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A dozen innings in 36 hours for bullpen, but situation not dire

Drew Pomeranz threw the 12th inning for the win Thursday and could be ready to pitch again Friday.

Drew Pomeranz threw the 12th inning for the win Thursday and could be ready to pitch again Friday.

In the space of 36 hours, the A’s have played 30 innings of baseball.

The good news is that the club has won two of three games, including Thursday’s 3-2 win over Oakland on the strength of Coco Crisp’s first-ever walkoff homer, a solo shot to start the bottom of the 11th inning.

The bad news is that they’ve had to use a ton of relief pitching. The A’s got six almost-perfect innings of relief Thursday, four A’s relievers combining to allow one hit and one walk.

That’s as many innings as the bullpen had to work in Wednesday’s day/night doubleheader against the Indians. The question now is how the bullpen sets up for Game 2 of the A’s-Mariners series Friday.

The answer is that even after those 12 innings of bullpen work, the relievers aren’t in bad shape. It seems unlikely that the A’s will feel pressured into bringing up some relief help for Friday, which will see Dan Straily get his first start of the season.

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Scribner at head of scramble for jobs in A’s bullpen

If Ryan Cook isn't ready to pitch out of the bullpen come Opening Day, A's could have three bullpen decisions to make

If Ryan Cook isn’t ready to pitch come Opening Day, A’s could have three bullpen decisions to make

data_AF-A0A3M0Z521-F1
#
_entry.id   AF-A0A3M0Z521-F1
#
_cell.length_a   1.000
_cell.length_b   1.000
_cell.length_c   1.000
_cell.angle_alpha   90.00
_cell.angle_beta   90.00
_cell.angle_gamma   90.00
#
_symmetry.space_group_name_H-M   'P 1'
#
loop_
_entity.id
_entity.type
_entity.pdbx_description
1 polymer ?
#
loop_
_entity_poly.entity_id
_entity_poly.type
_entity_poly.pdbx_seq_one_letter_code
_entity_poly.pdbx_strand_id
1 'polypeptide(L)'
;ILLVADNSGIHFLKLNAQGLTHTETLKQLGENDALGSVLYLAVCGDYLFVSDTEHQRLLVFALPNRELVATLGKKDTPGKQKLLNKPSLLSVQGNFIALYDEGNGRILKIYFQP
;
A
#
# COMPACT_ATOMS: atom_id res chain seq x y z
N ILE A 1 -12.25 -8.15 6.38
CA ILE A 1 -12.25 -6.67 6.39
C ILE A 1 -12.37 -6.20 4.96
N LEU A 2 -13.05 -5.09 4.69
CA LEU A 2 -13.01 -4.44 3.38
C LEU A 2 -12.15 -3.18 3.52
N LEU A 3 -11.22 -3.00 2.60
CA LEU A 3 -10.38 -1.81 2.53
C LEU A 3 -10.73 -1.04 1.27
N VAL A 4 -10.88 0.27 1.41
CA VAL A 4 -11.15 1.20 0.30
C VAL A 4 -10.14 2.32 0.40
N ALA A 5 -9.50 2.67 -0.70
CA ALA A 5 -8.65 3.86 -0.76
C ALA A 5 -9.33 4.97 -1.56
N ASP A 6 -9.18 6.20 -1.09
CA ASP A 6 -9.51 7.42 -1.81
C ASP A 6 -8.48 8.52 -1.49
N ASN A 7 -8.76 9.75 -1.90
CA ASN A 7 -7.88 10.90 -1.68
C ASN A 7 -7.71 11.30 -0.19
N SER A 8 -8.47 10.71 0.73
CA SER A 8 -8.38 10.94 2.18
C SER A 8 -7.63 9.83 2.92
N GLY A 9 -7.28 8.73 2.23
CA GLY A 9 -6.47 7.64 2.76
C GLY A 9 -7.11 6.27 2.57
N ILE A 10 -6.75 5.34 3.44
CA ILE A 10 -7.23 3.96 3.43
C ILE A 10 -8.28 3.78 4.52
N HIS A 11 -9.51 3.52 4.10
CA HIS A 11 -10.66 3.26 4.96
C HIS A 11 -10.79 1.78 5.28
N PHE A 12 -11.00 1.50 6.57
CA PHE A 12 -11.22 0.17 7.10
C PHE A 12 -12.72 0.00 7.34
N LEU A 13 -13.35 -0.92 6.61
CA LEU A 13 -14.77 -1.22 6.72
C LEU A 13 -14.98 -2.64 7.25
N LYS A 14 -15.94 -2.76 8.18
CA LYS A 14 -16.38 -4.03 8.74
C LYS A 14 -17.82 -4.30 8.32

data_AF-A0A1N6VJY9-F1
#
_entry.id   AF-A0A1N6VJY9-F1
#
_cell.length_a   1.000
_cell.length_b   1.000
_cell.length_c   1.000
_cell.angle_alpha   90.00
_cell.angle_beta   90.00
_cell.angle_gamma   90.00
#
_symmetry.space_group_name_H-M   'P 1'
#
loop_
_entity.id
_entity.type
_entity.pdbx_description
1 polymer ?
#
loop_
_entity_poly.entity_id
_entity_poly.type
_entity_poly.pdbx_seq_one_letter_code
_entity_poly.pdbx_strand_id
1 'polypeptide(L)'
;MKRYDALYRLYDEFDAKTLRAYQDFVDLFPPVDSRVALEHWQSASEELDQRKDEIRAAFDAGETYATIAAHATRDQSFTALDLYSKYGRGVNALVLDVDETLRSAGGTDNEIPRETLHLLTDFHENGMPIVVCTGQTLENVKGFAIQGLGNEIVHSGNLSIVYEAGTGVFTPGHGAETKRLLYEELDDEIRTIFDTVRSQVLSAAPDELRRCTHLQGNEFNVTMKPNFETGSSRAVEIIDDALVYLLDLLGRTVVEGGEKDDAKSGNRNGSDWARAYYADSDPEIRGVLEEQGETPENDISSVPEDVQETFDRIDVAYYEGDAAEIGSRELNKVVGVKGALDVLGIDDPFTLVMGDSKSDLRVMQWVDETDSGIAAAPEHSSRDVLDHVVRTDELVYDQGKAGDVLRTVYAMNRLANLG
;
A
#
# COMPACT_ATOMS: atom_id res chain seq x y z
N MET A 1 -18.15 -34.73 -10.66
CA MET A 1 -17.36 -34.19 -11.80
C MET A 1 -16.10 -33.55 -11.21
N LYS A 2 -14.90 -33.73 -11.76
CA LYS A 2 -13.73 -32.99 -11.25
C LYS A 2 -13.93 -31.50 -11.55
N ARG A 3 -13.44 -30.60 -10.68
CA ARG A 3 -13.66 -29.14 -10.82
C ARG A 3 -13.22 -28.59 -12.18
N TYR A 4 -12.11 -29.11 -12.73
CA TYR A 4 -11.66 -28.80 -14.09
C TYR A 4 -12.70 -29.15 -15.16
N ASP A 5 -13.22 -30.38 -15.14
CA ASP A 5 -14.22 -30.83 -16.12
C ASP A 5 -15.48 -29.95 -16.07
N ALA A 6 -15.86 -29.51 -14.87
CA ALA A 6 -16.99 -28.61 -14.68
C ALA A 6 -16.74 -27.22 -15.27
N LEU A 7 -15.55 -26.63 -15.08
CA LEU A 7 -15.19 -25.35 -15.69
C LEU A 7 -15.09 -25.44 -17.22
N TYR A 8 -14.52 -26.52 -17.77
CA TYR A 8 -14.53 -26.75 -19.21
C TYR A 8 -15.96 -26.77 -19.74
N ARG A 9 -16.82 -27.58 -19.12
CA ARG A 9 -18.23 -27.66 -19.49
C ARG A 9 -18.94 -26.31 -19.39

Don’t look now, but there’s space for new faces in what a month ago was a relatively closed A’s bullpen.

The A’s won’t have Jesse Chavez in the bullpen now that he’s been moved into the rotation. There was a 50-50 chance that Tommy Milone was going to be the long man in the pen, but he’s in the rotation, too.

So what had been a set seven-man staff now has a couple of openings, with at least one of them likely to go to a left-hander. Closer Jim Johnson, right-handed setup men Ryan Cook, Luke Gregerson and Dan Otero are set, as in lefty Sean Doolittle, although even there, Cook might not be ready to start the season in the bullpen because of shoulder issues.

The non-left-handed slot is likely to go to Evan Scribner, who has been on top of his game since the start of spring training and who has put up good numbers in five of his six appearances.

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Humber perfect no more, but hopes to help A’s; Melvin likes what he sees from Scribner, Lindblom, and Nieve; and notes

If you were in Safeco Field on April 21, 2012, you may have thought, as Philip Humber did, that he had it all going.

Humber, then starting for the White Sox, threw a perfect game against Seattle in his second start of the season

“I thought, `Is this really happening?’ ’’ Humber said. “Then I thought I can continue to dominate in this league.’’